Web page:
Rapid City, South Dakota was a medium-sized city of about 40,000 residents in 1972. The city had been founded a century earlier, after an expedition led by General George Custer had discovered gold in the surrounding Black Hills. A town sprang up in service to the hordes of fortune seekers who toiled for gold in the inhospitable terrain, and it was named after the Rapid Creek, which ran straight through the new town. Rapid City was touted as the ‘Gateway to the Black Hills’ by a group of promoters who were seeking opportunities other than digging for gold themselves. Almost exactly 100 years after the town was founded, the normally inconsequential creek that ran through Rapid City would all but destroy its namesake.
By early June of 1972, the ground in and around Rapid City had become fully saturated by heavy rainfall from the previous few days. Then, a series of conditions — each of which would have amounted to nothing on its own — began to collide. First, a low-altitude flow of moist air was forced up the steep, rocky slopes of the Black Hills, producing a condition called an ‘orographic lift’. An orographic lift happens when air is pushed from a low elevation to a high elevation, rapidly cooling the air as it gains altitude. This sudden cooling of the air creates clouds, quickly raises humidity to 100%, and produces rain. On this day of June 9, 1972, the entire set of variables was complicated by the lack of winds that are normally present at high altitudes over the Black Hills. So now, as this fateful day drew to a close, an orographic lift was setting up thunderstorms that would hover immobile over the area- and all that precipitation was about to fall on soggy, super-saturated soil.
When rain began to fall on the afternoon of June 9, it received little notice. The past few days had been rainy, so this was just a little more rain during an already rainy week. The fact that the rain began during the late afternoon was one more unlucky detail in a very catastrophic series of events. The downpour continued through the afternoon and evening, and into the night. But because night had fallen, people were unaware of just how much water was falling from the sky, and could not see how much runoff had been produced, and how quickly it was filling creeks, reservoirs, and any low-lying gulches. Most of the residents of Rapid City were sound asleep in their beds when disaster struck around midnight.
In a few short hours between the start of the storms at 3:30 and the explosive arrival of the flash flood at midnight, a lot had been happening. The main problem was the sheer volume of the precipitation: up to an incredible 12” of rain had been dumped on the sodden soil in and around Rapid City, an amount that even dry, absorbent soil would not be able to soak up. All that water immediately filled every creek and gully in the area, and began pulsing downstream, pushing before it a massive amount of debris. This debris piled up against any dam, bridge, or embankment that stood in its way, and in the case of the Canyon Lake Dam, created an unstable blockage that caused the lake to rise 11 feet in a few hours. Then it broke.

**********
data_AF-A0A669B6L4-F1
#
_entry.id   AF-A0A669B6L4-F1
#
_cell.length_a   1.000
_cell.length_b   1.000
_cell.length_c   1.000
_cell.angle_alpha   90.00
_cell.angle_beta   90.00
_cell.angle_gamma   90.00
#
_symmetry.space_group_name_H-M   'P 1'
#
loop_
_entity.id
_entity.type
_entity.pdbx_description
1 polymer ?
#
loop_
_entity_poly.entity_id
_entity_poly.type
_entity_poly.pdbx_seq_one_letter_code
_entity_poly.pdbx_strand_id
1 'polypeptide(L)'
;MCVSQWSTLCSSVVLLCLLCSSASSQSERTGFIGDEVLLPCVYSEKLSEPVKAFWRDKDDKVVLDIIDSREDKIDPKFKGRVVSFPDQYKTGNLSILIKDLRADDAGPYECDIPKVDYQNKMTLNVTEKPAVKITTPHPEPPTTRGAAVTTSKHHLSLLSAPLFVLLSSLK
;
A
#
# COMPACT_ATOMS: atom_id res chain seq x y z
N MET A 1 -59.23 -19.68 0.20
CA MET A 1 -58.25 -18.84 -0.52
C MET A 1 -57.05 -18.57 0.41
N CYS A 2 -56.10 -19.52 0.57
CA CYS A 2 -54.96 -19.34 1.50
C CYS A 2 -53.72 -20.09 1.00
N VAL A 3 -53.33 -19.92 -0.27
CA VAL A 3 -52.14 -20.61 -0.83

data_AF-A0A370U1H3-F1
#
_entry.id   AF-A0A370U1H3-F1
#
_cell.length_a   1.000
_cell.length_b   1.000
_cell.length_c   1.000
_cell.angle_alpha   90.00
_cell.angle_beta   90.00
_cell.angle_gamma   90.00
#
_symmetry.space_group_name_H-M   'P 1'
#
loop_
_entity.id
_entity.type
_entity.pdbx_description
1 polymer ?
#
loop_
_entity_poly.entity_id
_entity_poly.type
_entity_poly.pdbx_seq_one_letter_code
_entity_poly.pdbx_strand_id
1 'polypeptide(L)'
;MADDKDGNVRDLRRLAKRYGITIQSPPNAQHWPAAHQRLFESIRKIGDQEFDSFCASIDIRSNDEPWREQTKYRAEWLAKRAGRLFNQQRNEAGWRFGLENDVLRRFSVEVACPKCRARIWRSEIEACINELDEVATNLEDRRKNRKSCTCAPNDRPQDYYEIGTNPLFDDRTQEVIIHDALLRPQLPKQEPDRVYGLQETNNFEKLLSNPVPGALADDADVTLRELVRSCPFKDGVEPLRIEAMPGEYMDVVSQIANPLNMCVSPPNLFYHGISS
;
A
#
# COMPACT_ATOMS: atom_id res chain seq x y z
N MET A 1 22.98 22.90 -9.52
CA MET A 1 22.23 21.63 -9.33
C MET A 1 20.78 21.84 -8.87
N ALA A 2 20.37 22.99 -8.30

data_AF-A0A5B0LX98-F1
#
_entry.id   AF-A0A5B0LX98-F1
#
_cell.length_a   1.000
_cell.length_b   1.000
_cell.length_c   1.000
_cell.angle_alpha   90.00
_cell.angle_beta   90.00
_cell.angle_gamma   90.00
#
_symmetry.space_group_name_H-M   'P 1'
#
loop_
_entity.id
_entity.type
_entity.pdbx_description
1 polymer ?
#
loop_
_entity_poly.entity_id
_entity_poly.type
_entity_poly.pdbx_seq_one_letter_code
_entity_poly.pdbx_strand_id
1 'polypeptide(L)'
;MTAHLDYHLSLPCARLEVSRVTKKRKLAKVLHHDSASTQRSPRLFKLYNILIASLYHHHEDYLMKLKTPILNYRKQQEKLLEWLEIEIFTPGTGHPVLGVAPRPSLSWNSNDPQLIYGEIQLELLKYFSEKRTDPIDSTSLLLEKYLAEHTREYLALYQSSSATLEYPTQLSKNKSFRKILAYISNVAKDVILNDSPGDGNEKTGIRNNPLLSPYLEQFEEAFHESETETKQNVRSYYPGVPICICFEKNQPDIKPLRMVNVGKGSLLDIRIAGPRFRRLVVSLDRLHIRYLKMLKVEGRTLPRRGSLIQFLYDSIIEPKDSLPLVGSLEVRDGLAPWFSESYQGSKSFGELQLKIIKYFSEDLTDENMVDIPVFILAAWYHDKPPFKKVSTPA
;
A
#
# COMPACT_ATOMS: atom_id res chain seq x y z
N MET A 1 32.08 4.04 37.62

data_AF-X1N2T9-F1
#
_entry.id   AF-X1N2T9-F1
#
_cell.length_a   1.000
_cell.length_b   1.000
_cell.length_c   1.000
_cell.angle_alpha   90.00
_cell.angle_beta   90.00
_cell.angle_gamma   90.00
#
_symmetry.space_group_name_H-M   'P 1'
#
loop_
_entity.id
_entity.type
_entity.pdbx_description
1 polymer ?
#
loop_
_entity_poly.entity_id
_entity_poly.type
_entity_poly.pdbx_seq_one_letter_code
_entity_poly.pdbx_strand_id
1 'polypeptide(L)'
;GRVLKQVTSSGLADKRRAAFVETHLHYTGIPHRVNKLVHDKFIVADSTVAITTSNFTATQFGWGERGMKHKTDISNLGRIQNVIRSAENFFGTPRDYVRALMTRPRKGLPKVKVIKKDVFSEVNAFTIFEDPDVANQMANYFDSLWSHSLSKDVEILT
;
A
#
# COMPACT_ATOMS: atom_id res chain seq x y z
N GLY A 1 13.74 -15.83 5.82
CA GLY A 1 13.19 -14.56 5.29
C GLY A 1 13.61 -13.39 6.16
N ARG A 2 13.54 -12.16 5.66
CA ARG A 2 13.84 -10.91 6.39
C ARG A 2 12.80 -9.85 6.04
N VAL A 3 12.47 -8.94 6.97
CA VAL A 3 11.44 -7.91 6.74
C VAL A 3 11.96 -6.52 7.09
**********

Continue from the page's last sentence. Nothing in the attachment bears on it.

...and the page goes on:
The massive wall of water that struck the sleeping town caused an unimaginable amount of damage. Trees, vehicles, boulders, bridges, and even sturdy buildings were swept away in minutes. There was no warning, and 238 people lost their lives as their homes were washed away like sand castles on the beach. Over 3000 others were injured, many grievously. The town of Rapid City was scraped clean, and it all happened in minutes. Five hours later, when the dawn revealed the horrors of the night, the creek had already returned to its normal level — this one of the incredible hallmarks of a flash flood. On June 10th, witnesses described scenes of incomprehensible damage. Over 1000 homes had been swept away, and almost 3000 others were damaged. 5000 cars had also been carried off, as well as all but a couple of the many bridges that served the area. The damage in terms of monetary loss was dire — estimated at around $165 million. This, combined with the considerable loss of human lives and livelihoods, means that the Rapid City Flash Flood still stands to this day as one of the worst flash floods in US history.